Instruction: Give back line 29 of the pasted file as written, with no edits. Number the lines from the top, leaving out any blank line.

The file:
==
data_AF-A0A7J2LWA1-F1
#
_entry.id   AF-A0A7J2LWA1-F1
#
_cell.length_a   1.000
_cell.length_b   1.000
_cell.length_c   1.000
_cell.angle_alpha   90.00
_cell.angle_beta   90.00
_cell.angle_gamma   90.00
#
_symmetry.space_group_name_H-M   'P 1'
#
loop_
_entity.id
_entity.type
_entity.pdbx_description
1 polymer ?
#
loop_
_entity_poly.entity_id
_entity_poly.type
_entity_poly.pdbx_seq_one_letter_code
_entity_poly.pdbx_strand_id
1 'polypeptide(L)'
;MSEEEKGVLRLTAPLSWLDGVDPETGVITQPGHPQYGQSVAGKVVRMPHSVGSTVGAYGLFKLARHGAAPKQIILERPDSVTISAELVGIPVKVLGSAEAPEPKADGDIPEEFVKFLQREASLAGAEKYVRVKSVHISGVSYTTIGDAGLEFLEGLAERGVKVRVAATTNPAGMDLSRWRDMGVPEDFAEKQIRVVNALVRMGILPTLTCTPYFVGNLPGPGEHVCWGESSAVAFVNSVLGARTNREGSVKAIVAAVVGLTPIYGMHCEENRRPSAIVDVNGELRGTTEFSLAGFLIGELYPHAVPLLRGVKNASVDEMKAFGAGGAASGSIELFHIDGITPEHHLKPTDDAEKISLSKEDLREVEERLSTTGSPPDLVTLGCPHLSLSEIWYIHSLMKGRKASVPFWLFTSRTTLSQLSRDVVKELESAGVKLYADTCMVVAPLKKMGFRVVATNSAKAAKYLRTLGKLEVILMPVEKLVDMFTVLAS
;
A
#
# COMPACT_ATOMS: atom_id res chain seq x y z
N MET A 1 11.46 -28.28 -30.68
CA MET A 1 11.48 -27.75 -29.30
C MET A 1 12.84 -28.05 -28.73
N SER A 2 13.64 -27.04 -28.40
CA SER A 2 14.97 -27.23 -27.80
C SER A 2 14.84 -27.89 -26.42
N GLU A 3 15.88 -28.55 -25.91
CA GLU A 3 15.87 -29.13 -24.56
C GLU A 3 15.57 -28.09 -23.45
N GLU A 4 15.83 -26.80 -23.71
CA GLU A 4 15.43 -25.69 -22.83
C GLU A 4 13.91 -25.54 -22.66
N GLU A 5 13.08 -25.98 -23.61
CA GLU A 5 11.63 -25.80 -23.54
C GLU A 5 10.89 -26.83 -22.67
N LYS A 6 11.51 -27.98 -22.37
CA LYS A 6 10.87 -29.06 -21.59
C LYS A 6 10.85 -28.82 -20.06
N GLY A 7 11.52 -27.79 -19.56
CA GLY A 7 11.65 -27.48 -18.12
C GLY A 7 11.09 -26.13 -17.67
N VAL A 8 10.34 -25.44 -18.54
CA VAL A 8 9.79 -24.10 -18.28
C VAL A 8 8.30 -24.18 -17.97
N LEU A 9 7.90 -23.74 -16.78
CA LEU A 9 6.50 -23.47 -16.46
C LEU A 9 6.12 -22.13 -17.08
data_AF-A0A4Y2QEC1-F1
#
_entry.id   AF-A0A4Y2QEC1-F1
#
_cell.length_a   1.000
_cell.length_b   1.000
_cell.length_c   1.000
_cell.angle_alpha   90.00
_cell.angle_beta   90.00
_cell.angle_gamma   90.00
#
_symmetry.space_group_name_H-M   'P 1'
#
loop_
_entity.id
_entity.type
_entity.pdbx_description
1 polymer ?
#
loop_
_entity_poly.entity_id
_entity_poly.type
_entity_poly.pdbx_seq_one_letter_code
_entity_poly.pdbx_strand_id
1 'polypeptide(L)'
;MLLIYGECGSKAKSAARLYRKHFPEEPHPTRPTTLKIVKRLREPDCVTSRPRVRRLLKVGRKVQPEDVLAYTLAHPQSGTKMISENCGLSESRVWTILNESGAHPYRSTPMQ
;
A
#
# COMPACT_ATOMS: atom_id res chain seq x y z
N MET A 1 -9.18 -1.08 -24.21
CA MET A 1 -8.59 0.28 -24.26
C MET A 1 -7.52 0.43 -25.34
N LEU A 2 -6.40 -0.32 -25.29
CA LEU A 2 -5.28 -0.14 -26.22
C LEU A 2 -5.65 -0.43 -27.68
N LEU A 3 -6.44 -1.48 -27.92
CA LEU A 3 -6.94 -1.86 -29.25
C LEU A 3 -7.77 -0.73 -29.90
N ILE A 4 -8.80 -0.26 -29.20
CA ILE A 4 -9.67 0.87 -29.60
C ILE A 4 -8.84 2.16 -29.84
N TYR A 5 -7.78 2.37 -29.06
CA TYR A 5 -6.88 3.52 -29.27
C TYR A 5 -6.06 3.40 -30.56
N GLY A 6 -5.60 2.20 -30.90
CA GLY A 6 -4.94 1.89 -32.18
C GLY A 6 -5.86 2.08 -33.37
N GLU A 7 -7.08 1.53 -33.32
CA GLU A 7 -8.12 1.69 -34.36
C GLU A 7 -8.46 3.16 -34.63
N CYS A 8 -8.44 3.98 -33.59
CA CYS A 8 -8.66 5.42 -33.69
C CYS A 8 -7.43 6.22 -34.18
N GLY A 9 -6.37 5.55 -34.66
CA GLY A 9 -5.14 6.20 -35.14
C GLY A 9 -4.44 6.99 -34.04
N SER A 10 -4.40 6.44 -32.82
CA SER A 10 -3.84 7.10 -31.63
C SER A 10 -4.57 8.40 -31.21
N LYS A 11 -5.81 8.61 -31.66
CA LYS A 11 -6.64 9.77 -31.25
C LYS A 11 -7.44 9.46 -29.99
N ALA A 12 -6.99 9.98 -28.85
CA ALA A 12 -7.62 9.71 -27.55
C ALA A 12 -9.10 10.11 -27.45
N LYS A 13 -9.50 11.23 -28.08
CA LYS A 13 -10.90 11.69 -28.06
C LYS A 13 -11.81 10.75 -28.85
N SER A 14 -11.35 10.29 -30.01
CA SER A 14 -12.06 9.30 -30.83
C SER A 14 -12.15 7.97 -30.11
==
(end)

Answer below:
#